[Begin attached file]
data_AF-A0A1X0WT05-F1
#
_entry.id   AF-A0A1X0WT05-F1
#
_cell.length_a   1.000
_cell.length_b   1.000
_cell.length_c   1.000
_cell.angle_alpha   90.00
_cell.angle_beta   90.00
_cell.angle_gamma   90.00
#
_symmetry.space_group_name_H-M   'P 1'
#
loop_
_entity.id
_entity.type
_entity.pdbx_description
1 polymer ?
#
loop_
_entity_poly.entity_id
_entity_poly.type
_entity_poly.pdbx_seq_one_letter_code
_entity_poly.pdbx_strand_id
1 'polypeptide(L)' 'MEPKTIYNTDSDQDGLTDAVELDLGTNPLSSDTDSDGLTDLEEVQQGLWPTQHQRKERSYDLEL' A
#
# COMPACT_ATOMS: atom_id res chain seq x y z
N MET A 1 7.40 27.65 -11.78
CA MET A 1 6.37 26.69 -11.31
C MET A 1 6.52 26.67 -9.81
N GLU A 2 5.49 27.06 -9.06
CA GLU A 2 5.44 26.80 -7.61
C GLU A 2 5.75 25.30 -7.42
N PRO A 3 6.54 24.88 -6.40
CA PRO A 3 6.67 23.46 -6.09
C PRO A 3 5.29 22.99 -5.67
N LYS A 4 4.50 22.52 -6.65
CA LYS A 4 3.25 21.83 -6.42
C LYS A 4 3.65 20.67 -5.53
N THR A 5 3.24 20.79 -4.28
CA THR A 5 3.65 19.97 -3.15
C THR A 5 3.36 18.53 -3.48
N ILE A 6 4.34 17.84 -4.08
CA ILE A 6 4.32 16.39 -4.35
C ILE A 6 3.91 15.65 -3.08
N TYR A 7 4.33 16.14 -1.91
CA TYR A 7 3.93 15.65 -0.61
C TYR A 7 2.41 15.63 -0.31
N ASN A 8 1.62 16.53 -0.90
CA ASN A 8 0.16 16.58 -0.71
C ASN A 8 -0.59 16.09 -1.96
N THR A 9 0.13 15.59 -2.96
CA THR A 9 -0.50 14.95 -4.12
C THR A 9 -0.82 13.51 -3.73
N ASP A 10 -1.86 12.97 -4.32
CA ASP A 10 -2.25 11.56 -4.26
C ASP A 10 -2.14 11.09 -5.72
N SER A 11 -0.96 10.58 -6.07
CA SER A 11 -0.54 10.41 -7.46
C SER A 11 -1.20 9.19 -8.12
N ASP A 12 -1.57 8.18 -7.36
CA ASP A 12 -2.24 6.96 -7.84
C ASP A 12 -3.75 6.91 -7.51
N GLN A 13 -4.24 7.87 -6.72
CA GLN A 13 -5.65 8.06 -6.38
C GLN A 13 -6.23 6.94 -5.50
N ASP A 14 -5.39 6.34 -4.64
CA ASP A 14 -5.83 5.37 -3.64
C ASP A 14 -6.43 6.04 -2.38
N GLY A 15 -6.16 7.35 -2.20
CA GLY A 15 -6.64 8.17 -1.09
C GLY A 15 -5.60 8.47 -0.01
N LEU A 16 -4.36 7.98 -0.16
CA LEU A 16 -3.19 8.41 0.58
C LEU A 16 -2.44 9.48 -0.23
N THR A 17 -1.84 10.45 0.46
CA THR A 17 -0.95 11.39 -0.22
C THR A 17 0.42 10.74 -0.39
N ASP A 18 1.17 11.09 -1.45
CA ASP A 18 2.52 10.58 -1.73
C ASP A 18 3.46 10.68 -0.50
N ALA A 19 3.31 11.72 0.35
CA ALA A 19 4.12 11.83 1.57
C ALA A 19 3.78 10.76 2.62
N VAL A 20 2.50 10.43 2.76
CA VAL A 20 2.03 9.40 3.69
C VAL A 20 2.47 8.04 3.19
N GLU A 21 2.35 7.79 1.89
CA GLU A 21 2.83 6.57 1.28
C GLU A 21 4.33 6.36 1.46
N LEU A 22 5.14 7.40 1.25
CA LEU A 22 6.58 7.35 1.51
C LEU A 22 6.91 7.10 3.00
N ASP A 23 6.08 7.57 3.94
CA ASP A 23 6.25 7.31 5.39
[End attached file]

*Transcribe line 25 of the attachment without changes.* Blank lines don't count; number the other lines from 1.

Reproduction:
1 'polypeptide(L)' 'MEPKTIYNTDSDQDGLTDAVELDLGTNPLSSDTDSDGLTDLEEVQQGLWPTQHQRKERSYDLEL' A